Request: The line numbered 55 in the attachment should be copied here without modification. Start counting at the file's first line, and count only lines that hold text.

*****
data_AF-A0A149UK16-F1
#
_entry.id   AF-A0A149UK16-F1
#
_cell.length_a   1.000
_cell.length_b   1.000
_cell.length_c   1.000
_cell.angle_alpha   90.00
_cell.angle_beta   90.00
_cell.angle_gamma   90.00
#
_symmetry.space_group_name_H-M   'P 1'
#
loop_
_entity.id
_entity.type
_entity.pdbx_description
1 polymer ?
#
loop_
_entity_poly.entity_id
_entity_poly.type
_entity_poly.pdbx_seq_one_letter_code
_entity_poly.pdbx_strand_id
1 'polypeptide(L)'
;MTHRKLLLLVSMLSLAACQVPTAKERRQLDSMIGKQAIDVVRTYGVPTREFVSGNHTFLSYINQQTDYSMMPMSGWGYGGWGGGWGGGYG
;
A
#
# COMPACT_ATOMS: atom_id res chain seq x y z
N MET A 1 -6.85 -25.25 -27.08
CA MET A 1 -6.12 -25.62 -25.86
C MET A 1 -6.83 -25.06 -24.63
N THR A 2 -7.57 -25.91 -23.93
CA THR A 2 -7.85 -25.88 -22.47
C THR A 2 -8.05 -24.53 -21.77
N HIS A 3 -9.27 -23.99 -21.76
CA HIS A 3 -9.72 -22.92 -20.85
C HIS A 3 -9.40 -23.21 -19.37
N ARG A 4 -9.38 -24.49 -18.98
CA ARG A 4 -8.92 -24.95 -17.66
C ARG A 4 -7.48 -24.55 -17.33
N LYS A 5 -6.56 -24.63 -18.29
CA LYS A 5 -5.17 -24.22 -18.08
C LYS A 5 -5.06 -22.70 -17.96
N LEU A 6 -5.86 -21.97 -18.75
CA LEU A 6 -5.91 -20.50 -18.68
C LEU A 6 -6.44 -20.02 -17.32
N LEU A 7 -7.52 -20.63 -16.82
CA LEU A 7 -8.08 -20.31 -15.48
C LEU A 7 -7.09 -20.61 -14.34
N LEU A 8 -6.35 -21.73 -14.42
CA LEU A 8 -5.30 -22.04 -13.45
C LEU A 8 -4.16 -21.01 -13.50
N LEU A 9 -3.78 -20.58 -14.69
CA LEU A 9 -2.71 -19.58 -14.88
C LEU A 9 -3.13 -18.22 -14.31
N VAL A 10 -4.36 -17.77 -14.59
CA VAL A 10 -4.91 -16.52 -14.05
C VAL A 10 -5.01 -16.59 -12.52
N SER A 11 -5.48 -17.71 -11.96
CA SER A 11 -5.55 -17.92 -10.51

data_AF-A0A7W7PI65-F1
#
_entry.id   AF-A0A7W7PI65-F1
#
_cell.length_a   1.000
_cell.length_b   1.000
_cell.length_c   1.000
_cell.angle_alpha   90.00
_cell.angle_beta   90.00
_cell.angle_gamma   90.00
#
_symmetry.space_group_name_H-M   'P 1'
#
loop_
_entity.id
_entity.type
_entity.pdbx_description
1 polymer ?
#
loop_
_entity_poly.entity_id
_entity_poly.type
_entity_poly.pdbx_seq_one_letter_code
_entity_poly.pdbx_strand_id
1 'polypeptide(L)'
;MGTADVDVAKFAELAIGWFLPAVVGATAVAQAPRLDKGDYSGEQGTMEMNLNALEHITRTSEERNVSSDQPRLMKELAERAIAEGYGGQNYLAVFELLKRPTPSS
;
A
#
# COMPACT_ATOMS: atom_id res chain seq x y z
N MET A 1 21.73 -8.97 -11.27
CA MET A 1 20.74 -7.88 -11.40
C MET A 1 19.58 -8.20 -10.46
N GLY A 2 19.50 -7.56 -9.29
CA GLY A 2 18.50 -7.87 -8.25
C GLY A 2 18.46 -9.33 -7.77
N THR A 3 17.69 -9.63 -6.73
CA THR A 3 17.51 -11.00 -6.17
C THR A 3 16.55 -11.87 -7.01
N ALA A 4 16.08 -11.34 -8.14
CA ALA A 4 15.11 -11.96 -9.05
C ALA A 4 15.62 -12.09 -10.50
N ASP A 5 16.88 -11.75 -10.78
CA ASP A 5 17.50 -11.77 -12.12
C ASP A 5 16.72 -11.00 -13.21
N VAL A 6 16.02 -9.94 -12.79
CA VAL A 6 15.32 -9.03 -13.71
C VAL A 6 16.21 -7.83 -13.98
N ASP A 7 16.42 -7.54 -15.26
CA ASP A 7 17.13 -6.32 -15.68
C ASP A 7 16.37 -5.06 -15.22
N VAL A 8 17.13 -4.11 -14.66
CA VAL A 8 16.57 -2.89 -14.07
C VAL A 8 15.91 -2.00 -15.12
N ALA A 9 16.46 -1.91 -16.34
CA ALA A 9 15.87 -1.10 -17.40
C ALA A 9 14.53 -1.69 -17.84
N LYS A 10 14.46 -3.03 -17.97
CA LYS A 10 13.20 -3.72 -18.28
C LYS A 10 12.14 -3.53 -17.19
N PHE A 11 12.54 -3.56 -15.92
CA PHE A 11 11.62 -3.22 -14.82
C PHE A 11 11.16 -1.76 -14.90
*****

N LEU A 9 -3.78 -20.58 -14.69